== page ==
Your Tax Questions Answered by South Carolina’s Tax Lawyer

Attorney David Green shares what you need to know before filing your 2022 tax return.

Key Takeaways:

  • The Child Tax Credit received in 2021 will impact your 2022 filing.
  • Employers and employees are eligible to defer Social Security tax due.
  • The IRS will work with you if you can’t afford to pay your deferred taxes due.
 Will Child Tax Credit Received in 2021 Impact What I Owe or Claim in 2022?

Child Tax Credit received in 2021 may result in a higher or lower refund or additional taxes owed. Payments received during the year are based on estimates and assumptions, whereas the actual Child Tax Credit is calculated after determining what tax you owe. These payments could definitely impact or change your return.

I Received an IRS Math Error Notice – What Does This Mean?

An IRS math error notice simply means the IRS found what they believed to be an arithmetic error—adding, subtracting, or transposing numbers incorrectly. If you look at your return and discover they’re right and you agree, you should immediately pay the additional tax due or call them to set up a payment plan. Again, if you disagree, you need to call them and explain why you believe they are incorrect.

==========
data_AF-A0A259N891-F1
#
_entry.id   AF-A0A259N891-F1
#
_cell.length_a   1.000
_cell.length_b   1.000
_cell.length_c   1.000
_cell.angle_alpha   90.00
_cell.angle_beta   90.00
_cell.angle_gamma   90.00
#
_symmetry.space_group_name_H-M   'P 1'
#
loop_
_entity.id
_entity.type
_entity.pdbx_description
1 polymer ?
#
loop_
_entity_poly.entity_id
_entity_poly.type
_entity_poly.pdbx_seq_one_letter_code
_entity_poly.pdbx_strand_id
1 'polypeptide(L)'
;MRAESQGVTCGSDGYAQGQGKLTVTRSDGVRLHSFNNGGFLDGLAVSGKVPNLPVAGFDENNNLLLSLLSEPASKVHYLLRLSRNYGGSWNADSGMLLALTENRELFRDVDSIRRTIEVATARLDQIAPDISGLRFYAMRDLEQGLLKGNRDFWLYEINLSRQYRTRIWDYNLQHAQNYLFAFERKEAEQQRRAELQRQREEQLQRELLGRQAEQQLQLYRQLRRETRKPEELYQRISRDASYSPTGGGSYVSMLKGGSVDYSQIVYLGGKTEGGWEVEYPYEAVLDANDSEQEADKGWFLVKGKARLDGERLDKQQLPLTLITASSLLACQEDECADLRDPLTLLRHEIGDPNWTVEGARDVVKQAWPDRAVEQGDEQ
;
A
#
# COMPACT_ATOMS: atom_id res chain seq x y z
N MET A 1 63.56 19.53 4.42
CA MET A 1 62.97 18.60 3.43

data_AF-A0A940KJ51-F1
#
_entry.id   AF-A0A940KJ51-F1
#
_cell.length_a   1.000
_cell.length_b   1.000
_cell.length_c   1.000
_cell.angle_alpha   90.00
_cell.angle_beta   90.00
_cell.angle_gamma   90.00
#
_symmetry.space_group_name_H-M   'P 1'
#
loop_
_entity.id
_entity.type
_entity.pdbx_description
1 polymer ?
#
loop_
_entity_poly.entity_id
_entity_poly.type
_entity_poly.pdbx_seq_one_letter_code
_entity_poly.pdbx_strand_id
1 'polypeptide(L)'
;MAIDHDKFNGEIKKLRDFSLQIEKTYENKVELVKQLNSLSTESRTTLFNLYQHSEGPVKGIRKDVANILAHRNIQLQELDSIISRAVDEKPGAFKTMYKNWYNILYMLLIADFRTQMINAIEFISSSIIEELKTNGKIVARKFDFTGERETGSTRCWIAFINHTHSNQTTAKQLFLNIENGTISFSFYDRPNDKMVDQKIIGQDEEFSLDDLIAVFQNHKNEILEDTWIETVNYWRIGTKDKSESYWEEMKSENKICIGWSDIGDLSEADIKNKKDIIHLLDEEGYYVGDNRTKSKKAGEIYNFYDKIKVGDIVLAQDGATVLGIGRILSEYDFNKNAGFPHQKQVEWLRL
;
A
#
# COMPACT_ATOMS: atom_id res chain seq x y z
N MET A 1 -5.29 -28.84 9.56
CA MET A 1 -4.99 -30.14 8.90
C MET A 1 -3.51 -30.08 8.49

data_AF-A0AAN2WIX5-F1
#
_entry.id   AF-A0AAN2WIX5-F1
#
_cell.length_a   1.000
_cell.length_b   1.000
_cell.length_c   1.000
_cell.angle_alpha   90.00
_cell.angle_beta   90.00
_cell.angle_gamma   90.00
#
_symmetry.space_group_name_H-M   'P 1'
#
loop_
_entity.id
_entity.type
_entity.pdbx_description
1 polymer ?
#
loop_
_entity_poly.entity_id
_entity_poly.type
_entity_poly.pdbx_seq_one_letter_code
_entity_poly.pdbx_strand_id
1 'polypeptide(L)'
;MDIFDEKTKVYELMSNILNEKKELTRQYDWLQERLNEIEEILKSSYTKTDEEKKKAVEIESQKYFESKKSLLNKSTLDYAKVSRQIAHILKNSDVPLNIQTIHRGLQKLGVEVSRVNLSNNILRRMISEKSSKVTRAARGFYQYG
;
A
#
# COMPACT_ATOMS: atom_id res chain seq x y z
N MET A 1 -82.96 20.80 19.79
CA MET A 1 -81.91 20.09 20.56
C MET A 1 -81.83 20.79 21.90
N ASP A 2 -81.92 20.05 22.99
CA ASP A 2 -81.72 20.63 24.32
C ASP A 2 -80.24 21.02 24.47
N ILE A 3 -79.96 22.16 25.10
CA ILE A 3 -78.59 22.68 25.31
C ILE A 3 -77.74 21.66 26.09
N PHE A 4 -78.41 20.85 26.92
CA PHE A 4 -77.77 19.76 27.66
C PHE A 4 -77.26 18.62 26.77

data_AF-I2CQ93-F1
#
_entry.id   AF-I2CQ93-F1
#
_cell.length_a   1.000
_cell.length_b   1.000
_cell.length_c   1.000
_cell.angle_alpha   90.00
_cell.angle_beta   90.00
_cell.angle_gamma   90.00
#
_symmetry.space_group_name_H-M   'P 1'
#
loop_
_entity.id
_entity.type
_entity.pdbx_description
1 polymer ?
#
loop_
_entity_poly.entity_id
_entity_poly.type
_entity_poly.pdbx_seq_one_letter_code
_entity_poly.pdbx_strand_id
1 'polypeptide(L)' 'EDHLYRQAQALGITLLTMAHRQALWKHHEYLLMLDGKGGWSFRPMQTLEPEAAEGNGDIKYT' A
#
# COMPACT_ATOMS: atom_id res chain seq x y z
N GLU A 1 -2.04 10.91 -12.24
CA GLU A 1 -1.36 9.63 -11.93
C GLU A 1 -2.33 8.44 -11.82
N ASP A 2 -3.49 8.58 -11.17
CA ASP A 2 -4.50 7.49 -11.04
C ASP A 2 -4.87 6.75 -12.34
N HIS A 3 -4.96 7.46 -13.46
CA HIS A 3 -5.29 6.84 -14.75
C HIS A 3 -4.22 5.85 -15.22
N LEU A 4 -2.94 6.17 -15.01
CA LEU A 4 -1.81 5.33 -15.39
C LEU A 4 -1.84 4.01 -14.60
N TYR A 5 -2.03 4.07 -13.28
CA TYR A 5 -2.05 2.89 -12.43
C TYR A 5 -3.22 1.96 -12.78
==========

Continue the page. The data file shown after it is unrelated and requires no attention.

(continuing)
The IRS Is Issuing More Math Error Notices Than in Previous Years – What Seems to Be Causing This Surge?

The primary cause for the increase in math error notices is self-prepared returns. Many self-prepared returns are done by hand. Also to blame are poorly trained or untrained, self-proclaimed tax preparers who are not accountants. They are just not qualified for the complexity of today’s tax returns.

Who Was Eligible to Defer Their Social Security Taxes Last Year?

All employers are eligible to defer the employer portion of the social security taxes. For employees, if an employee makes less than $4,000 every two weeks, they can also defer their social security taxes.

If You Deferred Social Security Tax in Recent Years, When Are Those Payments Due?

One-half of the total amount of deferred Social Security tax is due on or before December 31, 2021, the remaining half is due on or before December 31, 2022.

What If I Can’t Afford to Pay the Deferred Social Security Tax?

If you cannot pay the social security due in full, you should call the IRS and let them know. They will be happy to help you set up a payment plan or installment agreement to pay the taxes over time.

For more information on IRS Laws in South Carolina, an initial consultation is your next best step. Get the information and legal answers you are seeking by calling (864) 271-7940 today.

Office Location

11 McGee Street
Greenville, SC 29601

Phone: (864) 271-7940
Fax: (864) 370-3413
Toll Free: 1-800-216-1116